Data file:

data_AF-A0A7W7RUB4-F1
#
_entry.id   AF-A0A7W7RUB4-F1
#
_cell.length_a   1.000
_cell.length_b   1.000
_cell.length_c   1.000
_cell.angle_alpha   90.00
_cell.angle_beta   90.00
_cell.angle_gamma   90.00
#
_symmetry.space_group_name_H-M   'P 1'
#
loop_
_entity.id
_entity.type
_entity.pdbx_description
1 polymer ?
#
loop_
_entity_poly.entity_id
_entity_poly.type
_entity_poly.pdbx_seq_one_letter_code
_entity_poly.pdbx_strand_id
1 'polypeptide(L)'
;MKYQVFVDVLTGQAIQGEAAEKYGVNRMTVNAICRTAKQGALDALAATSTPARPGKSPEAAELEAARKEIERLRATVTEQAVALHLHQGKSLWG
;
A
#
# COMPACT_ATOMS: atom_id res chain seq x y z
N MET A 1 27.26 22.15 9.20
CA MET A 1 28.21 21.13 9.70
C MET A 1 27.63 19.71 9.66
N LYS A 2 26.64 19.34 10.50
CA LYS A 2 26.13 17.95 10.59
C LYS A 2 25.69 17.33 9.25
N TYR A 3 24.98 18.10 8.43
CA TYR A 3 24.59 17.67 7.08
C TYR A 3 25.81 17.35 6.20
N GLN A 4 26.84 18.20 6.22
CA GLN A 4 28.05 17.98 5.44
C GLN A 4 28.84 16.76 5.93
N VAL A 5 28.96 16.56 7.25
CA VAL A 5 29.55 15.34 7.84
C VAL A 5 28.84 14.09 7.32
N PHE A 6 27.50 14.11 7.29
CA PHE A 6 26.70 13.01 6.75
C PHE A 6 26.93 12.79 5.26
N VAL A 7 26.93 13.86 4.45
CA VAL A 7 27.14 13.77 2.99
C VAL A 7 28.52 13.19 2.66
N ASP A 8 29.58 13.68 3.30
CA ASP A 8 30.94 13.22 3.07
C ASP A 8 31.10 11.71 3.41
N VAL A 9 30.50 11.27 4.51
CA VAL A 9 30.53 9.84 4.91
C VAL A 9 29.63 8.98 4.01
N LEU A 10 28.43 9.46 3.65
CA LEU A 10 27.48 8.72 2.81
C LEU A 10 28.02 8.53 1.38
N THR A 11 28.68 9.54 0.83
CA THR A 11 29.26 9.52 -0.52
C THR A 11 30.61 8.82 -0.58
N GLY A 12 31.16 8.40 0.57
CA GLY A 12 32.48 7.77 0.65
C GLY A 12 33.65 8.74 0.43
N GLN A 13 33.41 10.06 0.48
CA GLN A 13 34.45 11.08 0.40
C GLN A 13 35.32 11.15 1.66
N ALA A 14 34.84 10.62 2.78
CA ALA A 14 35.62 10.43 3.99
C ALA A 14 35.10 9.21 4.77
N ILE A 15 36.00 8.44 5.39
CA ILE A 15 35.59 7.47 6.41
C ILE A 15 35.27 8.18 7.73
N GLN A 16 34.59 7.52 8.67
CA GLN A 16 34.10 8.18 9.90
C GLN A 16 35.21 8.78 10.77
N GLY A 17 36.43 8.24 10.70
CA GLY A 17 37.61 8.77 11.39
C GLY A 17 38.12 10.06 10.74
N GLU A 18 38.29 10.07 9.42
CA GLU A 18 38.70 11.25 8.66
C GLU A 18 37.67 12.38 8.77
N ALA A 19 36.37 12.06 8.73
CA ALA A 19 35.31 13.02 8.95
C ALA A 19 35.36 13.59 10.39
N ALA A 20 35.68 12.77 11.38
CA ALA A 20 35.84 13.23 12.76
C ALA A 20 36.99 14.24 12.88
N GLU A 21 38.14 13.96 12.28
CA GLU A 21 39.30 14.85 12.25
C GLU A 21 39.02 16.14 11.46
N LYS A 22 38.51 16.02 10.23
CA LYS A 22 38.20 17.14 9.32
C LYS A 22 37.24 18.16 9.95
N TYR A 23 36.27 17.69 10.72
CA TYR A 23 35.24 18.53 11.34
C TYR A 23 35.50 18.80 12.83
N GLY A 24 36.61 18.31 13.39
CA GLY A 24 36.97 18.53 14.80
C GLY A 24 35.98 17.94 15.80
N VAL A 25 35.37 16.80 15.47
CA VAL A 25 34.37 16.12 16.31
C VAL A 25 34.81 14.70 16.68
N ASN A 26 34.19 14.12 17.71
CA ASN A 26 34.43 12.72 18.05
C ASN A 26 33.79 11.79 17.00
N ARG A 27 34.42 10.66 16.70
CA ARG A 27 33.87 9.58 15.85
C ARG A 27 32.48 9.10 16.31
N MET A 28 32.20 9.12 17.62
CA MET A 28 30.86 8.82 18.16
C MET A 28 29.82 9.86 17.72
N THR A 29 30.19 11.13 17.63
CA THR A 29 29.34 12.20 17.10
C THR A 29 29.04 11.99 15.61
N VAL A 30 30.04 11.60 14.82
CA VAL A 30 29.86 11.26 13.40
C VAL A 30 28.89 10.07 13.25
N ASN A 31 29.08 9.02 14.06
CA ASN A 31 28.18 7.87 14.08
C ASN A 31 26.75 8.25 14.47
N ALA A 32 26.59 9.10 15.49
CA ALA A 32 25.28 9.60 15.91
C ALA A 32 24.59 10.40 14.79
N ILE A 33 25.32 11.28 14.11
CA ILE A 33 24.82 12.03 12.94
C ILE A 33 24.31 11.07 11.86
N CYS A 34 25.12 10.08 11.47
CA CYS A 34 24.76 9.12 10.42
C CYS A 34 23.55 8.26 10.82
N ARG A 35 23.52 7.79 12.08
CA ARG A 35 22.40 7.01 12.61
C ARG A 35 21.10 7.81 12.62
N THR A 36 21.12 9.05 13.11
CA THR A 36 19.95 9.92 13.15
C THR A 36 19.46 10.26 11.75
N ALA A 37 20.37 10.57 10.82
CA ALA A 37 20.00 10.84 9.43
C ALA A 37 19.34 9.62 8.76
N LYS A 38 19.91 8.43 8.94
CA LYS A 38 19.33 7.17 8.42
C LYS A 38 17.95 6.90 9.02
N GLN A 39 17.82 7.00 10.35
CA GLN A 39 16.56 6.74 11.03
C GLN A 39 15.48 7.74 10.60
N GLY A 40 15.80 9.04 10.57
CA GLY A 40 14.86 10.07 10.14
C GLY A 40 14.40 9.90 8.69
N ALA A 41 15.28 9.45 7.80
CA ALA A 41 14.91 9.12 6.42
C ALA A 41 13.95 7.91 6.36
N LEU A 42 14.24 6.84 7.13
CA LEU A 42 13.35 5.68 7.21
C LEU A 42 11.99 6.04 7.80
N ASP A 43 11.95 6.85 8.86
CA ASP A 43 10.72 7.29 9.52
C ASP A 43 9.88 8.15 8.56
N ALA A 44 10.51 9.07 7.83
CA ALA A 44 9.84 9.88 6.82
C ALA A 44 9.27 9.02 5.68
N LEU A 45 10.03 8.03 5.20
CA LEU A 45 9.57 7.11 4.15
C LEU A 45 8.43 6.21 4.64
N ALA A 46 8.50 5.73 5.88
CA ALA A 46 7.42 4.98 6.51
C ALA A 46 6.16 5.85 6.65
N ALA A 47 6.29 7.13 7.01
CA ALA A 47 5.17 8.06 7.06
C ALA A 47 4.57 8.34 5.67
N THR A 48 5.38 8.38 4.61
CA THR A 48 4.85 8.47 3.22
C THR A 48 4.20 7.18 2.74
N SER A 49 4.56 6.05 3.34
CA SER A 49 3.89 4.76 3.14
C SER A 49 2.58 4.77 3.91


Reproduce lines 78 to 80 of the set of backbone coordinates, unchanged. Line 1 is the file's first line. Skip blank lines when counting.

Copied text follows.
C GLN A 16 35.21 8.78 10.77
N GLY A 17 36.43 8.24 10.70
CA GLY A 17 37.61 8.77 11.39